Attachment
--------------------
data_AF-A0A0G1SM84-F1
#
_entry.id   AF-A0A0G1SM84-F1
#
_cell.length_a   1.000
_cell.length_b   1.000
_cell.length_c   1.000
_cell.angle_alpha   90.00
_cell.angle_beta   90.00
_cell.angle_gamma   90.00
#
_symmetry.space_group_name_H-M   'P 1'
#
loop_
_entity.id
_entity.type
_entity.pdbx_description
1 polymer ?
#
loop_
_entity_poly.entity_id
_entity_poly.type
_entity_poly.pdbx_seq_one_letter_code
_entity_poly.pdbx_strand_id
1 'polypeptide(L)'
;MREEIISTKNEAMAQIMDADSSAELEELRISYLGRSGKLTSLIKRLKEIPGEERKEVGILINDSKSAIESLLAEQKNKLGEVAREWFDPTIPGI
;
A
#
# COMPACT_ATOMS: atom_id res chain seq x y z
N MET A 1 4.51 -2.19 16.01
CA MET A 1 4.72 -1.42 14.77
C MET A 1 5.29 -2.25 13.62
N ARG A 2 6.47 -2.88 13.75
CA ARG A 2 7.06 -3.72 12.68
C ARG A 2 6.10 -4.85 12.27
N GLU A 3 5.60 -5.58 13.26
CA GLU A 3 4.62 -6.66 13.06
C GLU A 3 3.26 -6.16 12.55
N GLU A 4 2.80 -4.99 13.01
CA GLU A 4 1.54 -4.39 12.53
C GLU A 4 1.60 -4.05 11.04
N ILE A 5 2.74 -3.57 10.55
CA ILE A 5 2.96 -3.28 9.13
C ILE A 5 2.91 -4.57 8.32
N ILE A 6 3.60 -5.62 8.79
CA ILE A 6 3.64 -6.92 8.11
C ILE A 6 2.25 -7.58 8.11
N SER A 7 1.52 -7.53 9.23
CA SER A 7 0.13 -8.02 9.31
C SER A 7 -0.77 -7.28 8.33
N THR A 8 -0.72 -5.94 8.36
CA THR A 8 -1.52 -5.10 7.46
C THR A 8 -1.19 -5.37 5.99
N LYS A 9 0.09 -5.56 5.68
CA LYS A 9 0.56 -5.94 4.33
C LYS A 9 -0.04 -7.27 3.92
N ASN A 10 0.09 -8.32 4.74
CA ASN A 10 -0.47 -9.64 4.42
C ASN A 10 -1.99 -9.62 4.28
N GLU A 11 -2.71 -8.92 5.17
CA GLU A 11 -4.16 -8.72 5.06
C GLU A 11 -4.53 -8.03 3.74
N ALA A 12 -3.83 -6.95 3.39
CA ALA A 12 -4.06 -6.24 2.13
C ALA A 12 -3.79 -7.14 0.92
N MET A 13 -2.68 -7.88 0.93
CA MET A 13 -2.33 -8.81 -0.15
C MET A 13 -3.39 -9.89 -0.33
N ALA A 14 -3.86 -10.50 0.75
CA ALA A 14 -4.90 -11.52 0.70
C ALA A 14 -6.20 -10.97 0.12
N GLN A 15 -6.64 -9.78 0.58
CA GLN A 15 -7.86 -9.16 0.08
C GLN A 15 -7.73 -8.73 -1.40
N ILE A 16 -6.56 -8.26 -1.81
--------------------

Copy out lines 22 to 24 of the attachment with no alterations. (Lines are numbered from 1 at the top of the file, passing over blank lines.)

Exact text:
_entity_poly.type
_entity_poly.pdbx_seq_one_letter_code
_entity_poly.pdbx_strand_id